prevailing in the South American republics and the "necessity of raising the standard of the clergy so that they may contribute to the better intellectual and moral condition and progress of the people of those countries." The clerical apprehension of approaching danger is shown in various attempts to hide or destroy ancient insignia of idolatrous superstition; thus, witness on the façade of the church of La Merced in Lima, the capital of Perú, there existed up to a few years ago the following inscription upon a fillet over the grand portal, "Indulgencia, plenaria, cuotidiana, perpetua por los vivos y los difuntos." It has now been removed under the sneers of an advancing civilization of the people and the sensitiveness of all to the comment of foreigners.
This is but a single instance among many illustrating the trend of a growing influence among the people, obliging the clergy to abandon its methods and pretensions. A half century ago, the priest in blessing the national troops in Costa Rica walked over the abased national flag to sprinkle it and the troops with holy water. To-day the flag is laid reverently upon a table and the priest walks around it in the performance of the ceremony.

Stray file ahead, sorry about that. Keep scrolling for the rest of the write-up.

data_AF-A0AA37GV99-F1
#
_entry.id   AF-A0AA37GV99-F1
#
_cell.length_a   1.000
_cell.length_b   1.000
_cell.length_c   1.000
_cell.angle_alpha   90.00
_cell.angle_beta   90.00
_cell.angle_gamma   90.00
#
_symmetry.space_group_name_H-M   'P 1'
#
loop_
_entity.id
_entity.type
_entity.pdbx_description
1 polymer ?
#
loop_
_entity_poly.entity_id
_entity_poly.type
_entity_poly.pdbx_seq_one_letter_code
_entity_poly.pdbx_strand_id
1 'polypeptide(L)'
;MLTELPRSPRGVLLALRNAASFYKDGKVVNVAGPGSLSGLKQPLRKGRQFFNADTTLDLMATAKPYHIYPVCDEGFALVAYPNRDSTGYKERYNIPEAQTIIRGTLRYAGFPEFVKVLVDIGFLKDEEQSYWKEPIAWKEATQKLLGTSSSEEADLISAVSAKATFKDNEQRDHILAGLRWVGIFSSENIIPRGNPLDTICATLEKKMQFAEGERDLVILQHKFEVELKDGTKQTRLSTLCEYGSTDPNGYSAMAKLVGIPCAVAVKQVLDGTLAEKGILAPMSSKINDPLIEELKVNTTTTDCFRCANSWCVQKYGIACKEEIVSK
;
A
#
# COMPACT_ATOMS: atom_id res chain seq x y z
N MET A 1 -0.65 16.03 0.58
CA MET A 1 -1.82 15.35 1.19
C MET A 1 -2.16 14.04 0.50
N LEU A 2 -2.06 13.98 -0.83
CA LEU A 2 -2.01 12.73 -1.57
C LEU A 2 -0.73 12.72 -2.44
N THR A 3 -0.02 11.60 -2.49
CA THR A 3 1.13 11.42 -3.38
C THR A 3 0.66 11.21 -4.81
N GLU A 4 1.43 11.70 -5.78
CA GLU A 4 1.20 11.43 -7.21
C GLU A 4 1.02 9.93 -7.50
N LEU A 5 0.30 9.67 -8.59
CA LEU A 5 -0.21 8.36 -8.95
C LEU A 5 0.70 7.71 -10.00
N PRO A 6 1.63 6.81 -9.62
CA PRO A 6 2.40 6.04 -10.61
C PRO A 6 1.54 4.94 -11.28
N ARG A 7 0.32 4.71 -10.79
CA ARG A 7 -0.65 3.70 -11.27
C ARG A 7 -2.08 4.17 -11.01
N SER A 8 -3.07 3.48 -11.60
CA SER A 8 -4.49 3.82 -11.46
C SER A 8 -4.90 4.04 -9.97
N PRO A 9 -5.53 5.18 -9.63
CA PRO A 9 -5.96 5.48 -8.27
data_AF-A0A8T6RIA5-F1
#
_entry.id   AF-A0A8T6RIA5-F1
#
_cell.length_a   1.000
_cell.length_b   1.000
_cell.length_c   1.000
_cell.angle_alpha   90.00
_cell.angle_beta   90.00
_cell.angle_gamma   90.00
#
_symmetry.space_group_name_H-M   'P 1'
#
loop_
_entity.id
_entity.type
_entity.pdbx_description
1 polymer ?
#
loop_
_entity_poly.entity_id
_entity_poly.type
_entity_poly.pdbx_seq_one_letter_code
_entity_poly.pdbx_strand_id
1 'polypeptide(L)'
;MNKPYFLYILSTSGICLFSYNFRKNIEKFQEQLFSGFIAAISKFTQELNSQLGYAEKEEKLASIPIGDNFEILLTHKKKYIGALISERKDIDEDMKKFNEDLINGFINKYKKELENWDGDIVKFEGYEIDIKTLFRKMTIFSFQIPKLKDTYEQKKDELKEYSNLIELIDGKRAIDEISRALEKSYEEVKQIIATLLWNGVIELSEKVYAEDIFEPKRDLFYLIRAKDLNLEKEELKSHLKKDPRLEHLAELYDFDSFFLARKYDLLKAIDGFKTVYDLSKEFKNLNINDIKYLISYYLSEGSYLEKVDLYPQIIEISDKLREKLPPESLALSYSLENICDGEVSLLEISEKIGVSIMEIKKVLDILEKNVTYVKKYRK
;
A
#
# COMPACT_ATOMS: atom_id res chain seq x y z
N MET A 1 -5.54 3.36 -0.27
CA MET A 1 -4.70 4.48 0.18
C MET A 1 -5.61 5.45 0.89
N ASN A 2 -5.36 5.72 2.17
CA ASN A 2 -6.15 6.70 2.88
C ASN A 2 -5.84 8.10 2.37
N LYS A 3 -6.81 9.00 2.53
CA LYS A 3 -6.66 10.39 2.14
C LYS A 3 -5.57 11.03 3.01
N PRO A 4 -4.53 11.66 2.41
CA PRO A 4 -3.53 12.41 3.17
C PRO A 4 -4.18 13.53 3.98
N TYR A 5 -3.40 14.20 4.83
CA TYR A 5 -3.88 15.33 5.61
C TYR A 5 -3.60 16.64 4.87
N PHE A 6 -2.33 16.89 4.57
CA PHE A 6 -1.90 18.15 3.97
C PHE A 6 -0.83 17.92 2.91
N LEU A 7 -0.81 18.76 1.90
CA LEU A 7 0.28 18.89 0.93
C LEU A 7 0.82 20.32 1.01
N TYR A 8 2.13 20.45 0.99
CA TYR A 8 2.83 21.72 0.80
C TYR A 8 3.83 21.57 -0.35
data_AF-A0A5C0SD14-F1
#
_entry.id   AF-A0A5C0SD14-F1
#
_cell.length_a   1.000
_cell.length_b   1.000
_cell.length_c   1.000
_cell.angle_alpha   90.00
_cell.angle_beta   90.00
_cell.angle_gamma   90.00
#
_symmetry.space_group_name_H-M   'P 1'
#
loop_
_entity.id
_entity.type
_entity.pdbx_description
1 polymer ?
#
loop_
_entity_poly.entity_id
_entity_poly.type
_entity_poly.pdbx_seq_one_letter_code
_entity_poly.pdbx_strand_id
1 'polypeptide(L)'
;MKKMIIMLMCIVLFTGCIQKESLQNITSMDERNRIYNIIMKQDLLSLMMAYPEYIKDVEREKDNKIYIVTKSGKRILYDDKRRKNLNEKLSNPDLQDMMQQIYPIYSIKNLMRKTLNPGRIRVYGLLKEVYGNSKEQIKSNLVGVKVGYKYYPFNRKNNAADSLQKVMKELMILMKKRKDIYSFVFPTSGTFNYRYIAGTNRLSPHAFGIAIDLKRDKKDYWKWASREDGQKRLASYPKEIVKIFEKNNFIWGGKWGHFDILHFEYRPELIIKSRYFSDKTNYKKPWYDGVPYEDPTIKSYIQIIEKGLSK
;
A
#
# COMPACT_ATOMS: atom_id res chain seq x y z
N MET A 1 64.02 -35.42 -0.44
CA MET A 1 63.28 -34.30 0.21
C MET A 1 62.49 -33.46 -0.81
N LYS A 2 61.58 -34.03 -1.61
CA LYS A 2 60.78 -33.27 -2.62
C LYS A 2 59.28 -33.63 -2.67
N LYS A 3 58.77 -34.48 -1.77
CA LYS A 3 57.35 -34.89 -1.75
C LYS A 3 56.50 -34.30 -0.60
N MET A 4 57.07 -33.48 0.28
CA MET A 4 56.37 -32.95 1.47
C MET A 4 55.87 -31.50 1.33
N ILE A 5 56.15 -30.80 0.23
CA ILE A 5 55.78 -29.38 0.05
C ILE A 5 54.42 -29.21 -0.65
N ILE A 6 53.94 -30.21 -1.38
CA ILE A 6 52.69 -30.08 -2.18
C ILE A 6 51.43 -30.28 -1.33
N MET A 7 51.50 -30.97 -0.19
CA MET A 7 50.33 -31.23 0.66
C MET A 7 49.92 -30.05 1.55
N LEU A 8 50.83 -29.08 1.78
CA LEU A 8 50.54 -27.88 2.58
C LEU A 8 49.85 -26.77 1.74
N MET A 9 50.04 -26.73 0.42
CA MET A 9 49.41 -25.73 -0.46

Probably the story of the priest, Francisco Pablo De Vigil D.D., of Lima, is the most comprehensive illustration of the condition of life in its relation to the features here treated that can be presented in one single biography. This distinguished theologian, scholar and statesman was excommunicated from his church because he refused to accept the dogma of papal infallibility. Notwithstanding his expulsion, he continued to wear the ecclesiastical garb and the tonsure and to attend the functions of the church, occupying a seat among the laity. He had warm friends and sympathizers among the lower clergy, but could not receive absolution after confession, since he refused to renounce his error. The national government, recognizing his purity of character, his high degree of scholarship and devotion to liberty of thought, placed him in charge of the national museum, which is a great educational institution of Lima, and brought him into close intellectual contact with the students of the university, so that in this position he had the largest field he had ever yet possessed for influencing the growing mind of the nation. While occupying this station, he died. His death and funeral were as full of interest in the world of thought as his life had been. A personal friend in the priesthood attended him in the last hour and received his confession, but had been expressly forbidden to give him absolution, unless he renounced his error. His confessor relates that he was weeping as he knelt by the bedside of his dying friend, who laid his hand tenderly upon his head and said, "Don't weep for me, dear brother, but for the archbishop, whom you but obey; I am going before a greater judge than he." The body was refused admission to the church of La Merced for the ordinary requiem mass, and the clergy also refused the certificate required for burial in the